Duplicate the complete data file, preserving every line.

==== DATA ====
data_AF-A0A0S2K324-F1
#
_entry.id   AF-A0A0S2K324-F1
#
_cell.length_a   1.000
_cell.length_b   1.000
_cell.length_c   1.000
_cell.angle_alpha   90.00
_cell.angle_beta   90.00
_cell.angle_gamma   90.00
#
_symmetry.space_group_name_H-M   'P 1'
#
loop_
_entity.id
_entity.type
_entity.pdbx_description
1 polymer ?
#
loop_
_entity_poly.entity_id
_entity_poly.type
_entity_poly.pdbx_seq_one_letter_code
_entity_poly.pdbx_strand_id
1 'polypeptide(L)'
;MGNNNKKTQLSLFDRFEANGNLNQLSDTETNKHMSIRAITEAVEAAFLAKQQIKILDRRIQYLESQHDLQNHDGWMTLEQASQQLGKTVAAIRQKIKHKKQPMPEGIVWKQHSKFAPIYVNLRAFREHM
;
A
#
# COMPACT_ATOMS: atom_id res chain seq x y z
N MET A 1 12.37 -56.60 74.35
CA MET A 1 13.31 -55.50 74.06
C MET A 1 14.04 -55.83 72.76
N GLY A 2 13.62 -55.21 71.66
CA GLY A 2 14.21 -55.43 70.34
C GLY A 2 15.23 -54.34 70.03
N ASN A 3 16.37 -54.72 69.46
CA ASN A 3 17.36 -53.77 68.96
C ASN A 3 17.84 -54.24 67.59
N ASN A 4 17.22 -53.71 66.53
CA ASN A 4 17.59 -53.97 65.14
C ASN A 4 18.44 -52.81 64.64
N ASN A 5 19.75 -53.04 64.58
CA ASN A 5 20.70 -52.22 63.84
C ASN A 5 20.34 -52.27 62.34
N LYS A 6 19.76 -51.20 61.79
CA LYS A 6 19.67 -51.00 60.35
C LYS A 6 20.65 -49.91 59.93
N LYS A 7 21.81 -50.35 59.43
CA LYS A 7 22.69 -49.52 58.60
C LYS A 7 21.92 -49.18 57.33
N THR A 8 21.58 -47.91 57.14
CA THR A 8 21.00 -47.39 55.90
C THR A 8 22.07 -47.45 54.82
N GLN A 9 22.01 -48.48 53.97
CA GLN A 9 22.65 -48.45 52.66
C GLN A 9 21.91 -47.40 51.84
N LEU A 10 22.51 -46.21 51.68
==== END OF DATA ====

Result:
data_AF-A0A0S2K324-F1
#
_entry.id   AF-A0A0S2K324-F1
#
_cell.length_a   1.000
_cell.length_b   1.000
_cell.length_c   1.000
_cell.angle_alpha   90.00
_cell.angle_beta   90.00
_cell.angle_gamma   90.00
#
_symmetry.space_group_name_H-M   'P 1'
#
loop_
_entity.id
_entity.type
_entity.pdbx_description
1 polymer ?
#
loop_
_entity_poly.entity_id
_entity_poly.type
_entity_poly.pdbx_seq_one_letter_code
_entity_poly.pdbx_strand_id
1 'polypeptide(L)'
;MGNNNKKTQLSLFDRFEANGNLNQLSDTETNKHMSIRAITEAVEAAFLAKQQIKILDRRIQYLESQHDLQNHDGWMTLEQASQQLGKTVAAIRQKIKHKKQPMPEGIVWKQHSKFAPIYVNLRAFREHM
;
A
#
# COMPACT_ATOMS: atom_id res chain seq x y z
N MET A 1 12.37 -56.60 74.35
CA MET A 1 13.31 -55.50 74.06
C MET A 1 14.04 -55.83 72.76
N GLY A 2 13.62 -55.21 71.66
CA GLY A 2 14.21 -55.43 70.34
C GLY A 2 15.23 -54.34 70.03
N ASN A 3 16.37 -54.72 69.46
CA ASN A 3 17.36 -53.77 68.96
C ASN A 3 17.84 -54.24 67.59
N ASN A 4 17.22 -53.71 66.53
CA ASN A 4 17.59 -53.97 65.14
C ASN A 4 18.44 -52.81 64.64
N ASN A 5 19.75 -53.04 64.58
CA ASN A 5 20.70 -52.22 63.84
C ASN A 5 20.34 -52.27 62.34
N LYS A 6 19.76 -51.20 61.79
CA LYS A 6 19.67 -51.00 60.35
C LYS A 6 20.65 -49.91 59.93
N LYS A 7 21.81 -50.35 59.43
CA LYS A 7 22.69 -49.52 58.60
C LYS A 7 21.92 -49.18 57.33
N THR A 8 21.58 -47.91 57.14
CA THR A 8 21.00 -47.39 55.90
C THR A 8 22.07 -47.45 54.82
N GLN A 9 22.01 -48.48 53.97
CA GLN A 9 22.65 -48.45 52.66
C GLN A 9 21.91 -47.40 51.84
N LEU A 10 22.51 -46.21 51.68